Wenxi Liao is a multidisciplinary designer and curator currently based in London. His curatorial practice sits in the intersection of art, design and media critique, with a specific interest in the notions of mediation and remediation in a variety of contexts. Previously based in Shanghai, he has worked on or contributed to various exhibitions in China Mainland including 9th Bi-City Biennale of Urbanism\Architecture and 13th Shanghai Biennale. He graduated with a BEng Industrial Design from Tongji University, Shanghai, and is currently completing MA Curating Contemporary Art at the Royal College of Art, London.
Focusing on the notion of community in relation to multilingualism in the urban context of London, the project explores different ways of communicating that transcend linguistic barriers among those for whom English is not a first language. How can we stimulate critical thinking to reimagine inclusive forms of communication that operate beyond conventional linguistic modalities?
Our project proposal – developed from an initial response to a brief from Chisenhale Gallery – explores multilingualism through the notion of ‘pidgin’ in the context of an English-speaking art school, where the use of language is highly complex. Pidgin, a term born out of the gap that often occurs in translation, presents a situation in which a way of communicating emerges organically among people speaking different languages. Challenging the predominantly monolingual culture within the Royal College of Art, Pidgin offers a way to think and speak about art critically while foregrounding the cultural diversity of the community that inhabits this international institution. How can we pidginise and decentre International Art English, and multilingualise the art school?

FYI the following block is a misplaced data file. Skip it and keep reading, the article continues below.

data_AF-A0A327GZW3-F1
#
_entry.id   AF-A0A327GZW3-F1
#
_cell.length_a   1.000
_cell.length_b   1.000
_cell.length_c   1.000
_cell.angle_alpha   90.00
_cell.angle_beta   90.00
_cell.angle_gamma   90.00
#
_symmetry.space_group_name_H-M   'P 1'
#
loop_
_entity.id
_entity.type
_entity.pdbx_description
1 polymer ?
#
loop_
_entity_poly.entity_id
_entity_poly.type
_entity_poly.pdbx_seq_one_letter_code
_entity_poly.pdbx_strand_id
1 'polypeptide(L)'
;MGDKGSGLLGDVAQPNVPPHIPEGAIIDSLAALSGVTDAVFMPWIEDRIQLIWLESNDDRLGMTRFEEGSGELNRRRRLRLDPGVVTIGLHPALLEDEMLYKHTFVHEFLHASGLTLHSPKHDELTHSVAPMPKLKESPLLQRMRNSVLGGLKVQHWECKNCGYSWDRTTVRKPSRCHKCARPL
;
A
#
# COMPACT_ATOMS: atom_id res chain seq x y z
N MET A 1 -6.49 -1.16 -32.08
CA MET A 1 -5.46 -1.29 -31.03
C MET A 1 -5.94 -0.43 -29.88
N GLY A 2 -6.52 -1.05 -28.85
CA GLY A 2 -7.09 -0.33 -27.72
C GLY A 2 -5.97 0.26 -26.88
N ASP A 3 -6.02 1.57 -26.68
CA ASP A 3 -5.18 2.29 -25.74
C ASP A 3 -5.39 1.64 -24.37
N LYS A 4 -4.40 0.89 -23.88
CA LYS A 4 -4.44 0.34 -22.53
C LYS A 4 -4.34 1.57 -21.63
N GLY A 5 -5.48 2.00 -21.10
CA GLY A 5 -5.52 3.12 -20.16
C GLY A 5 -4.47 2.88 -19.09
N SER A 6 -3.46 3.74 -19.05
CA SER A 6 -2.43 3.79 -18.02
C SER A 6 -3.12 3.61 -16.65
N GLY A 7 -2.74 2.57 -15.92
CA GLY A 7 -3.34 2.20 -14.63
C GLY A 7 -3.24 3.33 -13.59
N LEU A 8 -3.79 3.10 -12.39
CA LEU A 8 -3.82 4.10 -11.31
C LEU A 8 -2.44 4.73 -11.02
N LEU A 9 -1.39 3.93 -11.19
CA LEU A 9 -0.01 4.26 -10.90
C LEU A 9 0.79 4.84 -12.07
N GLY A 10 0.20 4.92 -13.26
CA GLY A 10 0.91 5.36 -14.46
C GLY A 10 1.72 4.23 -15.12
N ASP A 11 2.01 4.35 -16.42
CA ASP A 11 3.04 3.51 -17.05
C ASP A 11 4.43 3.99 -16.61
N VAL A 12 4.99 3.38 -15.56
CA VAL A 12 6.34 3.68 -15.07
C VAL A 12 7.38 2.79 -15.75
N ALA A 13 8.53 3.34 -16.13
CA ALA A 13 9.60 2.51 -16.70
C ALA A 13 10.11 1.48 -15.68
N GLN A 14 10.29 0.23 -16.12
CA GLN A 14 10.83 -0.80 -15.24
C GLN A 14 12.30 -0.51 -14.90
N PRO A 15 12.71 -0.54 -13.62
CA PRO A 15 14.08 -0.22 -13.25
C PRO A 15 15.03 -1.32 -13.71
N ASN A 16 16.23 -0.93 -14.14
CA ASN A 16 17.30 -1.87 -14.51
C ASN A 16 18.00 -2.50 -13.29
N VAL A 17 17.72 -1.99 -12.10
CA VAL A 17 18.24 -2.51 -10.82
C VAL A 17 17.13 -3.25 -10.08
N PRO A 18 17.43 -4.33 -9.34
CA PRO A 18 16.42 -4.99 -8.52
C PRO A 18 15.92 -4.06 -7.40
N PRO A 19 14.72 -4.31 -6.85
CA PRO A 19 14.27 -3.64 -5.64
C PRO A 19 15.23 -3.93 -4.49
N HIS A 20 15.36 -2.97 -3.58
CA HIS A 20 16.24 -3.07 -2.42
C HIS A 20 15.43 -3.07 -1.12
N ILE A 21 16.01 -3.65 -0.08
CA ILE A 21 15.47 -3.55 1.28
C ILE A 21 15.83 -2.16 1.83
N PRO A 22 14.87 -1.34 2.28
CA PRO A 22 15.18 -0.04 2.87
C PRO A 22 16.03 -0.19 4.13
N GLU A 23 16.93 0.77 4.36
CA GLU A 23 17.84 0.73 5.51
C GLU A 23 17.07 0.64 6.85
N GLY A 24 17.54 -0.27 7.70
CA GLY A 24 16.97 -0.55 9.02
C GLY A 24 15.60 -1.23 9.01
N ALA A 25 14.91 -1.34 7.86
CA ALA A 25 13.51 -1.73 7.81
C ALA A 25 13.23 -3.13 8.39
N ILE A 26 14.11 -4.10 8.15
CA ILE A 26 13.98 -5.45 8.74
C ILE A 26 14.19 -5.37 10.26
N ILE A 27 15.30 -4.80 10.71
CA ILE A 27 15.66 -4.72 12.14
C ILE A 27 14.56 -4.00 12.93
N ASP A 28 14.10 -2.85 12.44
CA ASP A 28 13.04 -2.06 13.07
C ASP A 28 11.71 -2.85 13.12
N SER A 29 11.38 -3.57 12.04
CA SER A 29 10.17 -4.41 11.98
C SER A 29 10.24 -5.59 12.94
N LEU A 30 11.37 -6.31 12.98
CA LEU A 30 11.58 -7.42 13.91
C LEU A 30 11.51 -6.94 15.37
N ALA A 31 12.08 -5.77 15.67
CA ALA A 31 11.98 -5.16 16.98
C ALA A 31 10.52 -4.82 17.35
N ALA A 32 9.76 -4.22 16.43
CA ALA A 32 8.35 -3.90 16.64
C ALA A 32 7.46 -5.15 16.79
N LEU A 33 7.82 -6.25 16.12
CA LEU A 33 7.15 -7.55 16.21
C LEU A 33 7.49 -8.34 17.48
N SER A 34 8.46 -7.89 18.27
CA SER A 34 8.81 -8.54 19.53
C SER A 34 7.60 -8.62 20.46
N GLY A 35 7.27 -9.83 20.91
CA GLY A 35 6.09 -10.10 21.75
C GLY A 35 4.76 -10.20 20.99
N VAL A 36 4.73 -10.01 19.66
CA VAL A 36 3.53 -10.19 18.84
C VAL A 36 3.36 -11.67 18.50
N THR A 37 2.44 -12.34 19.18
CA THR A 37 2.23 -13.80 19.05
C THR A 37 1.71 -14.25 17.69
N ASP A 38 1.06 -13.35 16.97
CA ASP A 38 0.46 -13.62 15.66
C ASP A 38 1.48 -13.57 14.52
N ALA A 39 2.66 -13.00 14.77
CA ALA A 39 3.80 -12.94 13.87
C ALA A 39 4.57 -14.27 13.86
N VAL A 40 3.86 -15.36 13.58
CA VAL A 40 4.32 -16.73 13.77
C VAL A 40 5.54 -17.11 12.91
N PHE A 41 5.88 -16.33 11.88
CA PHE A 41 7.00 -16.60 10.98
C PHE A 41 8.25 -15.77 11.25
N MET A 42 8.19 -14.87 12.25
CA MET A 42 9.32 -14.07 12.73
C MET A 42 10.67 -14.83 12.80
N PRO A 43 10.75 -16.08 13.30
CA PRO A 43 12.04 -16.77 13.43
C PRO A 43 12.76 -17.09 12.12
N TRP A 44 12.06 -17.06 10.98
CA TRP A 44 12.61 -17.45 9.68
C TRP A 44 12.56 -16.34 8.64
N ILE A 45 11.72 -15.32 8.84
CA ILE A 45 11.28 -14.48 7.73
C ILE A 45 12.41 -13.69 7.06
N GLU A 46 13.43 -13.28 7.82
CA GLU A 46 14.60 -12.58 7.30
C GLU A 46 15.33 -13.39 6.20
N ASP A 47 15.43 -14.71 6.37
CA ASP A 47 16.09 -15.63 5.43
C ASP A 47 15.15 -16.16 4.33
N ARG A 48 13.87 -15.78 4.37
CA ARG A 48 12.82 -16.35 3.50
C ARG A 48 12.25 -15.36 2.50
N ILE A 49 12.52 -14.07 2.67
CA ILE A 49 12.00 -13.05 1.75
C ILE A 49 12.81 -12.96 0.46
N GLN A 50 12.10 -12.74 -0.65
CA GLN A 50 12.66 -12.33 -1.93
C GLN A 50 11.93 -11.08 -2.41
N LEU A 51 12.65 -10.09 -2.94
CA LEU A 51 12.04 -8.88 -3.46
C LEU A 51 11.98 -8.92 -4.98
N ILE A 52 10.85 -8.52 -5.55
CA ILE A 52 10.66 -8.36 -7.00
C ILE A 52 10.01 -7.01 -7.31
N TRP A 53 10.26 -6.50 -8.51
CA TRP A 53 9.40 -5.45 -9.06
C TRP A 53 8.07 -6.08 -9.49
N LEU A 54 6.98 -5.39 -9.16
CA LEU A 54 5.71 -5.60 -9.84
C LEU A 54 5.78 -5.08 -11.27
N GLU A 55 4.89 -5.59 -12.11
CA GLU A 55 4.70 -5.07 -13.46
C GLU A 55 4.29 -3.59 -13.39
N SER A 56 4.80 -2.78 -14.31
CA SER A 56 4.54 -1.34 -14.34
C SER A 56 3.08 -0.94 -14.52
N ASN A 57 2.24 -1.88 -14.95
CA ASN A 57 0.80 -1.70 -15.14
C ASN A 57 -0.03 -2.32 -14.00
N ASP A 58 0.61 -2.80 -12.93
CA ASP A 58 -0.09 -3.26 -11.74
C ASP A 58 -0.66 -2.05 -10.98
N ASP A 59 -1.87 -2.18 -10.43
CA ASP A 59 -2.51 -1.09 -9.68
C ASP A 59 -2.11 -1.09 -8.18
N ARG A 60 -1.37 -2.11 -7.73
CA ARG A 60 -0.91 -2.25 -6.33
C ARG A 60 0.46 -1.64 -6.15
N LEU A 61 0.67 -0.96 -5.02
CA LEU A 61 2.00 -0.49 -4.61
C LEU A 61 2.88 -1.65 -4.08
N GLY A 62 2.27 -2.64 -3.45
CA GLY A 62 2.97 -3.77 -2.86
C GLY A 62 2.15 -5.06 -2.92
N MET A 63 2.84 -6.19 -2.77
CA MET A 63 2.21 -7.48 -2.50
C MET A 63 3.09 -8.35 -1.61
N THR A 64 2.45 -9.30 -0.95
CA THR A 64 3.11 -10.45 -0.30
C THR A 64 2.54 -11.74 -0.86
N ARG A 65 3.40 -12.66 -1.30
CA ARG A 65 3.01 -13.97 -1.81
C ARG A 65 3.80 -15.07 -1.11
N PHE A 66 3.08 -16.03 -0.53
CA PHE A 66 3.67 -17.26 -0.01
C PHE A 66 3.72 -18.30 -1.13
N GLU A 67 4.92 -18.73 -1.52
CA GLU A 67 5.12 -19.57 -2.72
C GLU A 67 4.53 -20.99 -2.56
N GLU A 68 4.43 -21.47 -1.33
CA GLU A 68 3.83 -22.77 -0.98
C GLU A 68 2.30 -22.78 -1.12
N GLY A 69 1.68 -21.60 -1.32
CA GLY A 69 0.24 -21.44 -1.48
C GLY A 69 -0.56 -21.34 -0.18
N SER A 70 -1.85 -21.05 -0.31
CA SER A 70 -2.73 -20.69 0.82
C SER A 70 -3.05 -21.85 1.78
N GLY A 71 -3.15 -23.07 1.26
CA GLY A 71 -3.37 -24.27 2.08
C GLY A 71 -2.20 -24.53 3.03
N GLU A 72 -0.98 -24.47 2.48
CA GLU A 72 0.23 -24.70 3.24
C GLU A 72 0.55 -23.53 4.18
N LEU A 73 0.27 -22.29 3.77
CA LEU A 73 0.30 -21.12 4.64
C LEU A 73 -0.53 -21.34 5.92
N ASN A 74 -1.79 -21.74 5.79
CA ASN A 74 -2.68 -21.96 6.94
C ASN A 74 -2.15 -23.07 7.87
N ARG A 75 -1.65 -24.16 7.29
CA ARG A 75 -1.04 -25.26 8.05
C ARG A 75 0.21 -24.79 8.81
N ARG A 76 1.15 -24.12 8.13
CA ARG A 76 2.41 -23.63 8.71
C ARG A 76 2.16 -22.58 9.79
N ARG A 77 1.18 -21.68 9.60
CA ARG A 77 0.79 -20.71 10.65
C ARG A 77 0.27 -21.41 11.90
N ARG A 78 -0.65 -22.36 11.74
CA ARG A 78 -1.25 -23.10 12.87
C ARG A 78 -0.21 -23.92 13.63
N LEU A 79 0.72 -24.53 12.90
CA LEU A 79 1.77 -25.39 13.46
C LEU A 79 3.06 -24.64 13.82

Artists and creative practitioners including Yu Ting Chung and Divya Sharma are invited to explore this question with us through printed matter and ephemera, quintessential forms of visual communication. Comprising a zine-making workshop and a public-facing display, our project questions how multilingualism can be activated in the current system of art education, and how linguistic barriers can be transcended to envision a linguistically diverse community of students.
As a curator I have been interested in the dynamics of transparency and opacity in exhibitions as a form of mediation, and the co-constitution between formats and contexts in the public-facing presentation of art. Drawing on the notion of remediation, I am interested in how alternative spatial, textual or performative formats (both physical and digital) can function as new materialities of decentring exhibitions as form and in engaging a variety of publics. These interests are rooted in the legacy of movements and theories such as Fluxus, relational art and other expanded practices that incorporates fluid and multifaceted manifestation of art, as well as my previous experience in editorial and exhibition design.
My interest in mediation also expands to other themes and topics, including media infrastructures in the post-digital age, and more recently ecological ethics and non-anthropocentricism in urban contexts. Probing into our increasingly mediated encounter with the environment engendered by (de-)industrialisation, urbanisation and digitalisation, my curatorial practice aims to unveil, challenge and recalibrate hierarchical power dynamics. I am particularly interested in identifying new ways of understanding our world in the contexts of ever-evolving progress of media technologies and the global urgencies of climate crisis.